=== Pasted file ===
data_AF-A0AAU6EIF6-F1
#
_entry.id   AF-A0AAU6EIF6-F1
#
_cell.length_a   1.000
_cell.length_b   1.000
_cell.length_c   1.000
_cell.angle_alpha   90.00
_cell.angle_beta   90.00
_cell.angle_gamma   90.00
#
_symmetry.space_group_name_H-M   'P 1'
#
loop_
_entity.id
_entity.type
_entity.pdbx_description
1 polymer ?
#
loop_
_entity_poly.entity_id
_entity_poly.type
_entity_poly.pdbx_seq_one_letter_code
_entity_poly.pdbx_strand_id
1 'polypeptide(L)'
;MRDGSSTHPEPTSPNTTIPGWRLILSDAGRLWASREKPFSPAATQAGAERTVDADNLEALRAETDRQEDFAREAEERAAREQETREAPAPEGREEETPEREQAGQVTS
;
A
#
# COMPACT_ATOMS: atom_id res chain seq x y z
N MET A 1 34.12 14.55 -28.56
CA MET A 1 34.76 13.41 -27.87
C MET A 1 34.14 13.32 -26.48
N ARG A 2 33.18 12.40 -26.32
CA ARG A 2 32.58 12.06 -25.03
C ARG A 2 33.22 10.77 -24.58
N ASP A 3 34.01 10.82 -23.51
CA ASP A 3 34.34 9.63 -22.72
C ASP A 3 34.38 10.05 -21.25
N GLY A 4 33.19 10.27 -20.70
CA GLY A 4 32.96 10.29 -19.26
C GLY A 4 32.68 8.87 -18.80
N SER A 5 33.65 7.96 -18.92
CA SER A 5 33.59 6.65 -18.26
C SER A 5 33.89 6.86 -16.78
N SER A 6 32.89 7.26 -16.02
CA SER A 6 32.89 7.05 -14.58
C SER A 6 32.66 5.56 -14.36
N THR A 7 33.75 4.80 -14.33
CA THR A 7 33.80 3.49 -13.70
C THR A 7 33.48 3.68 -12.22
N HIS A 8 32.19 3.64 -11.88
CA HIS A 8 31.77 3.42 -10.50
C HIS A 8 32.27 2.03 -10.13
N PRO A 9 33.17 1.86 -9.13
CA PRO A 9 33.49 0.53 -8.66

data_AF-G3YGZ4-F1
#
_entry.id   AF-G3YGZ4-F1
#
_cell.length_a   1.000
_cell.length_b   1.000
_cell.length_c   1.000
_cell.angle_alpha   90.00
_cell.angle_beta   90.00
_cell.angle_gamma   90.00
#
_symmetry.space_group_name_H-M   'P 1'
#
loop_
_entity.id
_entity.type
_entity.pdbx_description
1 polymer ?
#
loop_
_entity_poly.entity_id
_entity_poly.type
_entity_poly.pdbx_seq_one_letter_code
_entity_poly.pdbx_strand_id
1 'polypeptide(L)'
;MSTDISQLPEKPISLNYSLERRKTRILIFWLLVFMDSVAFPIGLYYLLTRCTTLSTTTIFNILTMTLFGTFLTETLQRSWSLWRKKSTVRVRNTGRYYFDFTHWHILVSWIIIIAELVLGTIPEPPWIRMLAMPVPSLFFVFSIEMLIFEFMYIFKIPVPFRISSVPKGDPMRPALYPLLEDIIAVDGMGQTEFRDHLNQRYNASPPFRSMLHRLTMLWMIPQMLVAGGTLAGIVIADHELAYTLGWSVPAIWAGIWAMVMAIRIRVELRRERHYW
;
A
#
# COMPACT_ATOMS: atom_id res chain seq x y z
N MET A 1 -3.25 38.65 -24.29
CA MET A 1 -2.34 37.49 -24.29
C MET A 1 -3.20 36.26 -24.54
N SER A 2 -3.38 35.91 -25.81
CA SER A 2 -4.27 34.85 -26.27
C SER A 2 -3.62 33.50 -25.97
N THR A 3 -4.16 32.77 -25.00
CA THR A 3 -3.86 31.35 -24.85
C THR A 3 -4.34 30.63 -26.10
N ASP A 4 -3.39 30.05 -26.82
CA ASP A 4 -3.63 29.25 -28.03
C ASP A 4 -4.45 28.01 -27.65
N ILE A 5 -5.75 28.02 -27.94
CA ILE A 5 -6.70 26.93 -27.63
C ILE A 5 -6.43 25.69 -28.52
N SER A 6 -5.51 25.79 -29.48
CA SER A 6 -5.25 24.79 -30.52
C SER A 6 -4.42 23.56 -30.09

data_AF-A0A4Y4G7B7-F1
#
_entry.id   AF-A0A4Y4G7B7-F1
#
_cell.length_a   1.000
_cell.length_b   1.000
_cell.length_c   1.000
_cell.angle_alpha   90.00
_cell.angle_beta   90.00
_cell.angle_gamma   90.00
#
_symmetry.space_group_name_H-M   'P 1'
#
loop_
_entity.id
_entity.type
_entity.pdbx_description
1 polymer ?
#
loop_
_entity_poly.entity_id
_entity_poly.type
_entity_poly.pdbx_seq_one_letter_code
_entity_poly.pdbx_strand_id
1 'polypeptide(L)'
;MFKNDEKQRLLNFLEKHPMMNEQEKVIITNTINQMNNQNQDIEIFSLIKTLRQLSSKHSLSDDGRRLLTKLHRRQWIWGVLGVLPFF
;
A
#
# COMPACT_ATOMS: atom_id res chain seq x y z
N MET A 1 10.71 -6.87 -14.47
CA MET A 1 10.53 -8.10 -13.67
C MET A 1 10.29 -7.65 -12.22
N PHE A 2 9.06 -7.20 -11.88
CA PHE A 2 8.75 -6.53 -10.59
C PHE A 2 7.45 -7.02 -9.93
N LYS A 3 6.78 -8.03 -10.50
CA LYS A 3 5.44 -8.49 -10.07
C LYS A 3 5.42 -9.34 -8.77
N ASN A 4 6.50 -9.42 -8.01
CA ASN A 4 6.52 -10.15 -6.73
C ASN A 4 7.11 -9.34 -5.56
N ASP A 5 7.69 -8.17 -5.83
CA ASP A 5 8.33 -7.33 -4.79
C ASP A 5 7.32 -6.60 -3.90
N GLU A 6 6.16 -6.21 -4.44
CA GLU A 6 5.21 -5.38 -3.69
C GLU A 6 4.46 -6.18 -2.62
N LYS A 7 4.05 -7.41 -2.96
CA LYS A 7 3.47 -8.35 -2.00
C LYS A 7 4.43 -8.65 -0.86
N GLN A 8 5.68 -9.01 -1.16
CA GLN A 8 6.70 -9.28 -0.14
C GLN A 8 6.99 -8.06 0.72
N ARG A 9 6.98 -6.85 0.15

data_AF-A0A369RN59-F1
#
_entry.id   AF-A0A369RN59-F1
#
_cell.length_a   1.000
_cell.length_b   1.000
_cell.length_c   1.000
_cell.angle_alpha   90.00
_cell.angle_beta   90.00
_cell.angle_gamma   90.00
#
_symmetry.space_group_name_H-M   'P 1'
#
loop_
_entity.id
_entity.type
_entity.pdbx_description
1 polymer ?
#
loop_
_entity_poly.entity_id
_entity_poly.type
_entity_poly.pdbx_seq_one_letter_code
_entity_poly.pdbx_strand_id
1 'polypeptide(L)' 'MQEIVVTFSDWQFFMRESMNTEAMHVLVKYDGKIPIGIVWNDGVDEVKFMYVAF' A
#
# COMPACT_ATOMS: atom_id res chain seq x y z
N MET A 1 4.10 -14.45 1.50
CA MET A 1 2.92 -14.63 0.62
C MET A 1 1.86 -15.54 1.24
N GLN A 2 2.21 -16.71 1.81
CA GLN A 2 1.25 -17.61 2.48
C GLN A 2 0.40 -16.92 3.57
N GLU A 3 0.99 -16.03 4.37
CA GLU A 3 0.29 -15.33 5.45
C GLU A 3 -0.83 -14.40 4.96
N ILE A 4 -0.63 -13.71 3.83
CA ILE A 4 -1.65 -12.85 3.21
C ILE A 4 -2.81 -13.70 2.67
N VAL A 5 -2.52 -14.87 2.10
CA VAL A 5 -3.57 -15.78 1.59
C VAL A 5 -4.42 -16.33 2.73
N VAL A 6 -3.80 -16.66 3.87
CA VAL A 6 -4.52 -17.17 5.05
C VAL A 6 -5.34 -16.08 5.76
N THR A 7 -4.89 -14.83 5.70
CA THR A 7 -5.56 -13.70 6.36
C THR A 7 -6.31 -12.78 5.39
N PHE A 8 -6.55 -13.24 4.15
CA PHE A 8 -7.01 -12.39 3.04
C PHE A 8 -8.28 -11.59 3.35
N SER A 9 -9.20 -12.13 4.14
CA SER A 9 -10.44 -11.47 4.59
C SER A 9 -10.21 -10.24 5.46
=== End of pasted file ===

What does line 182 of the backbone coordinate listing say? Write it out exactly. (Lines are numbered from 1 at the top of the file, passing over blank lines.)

_entity_poly.pdbx_seq_one_letter_code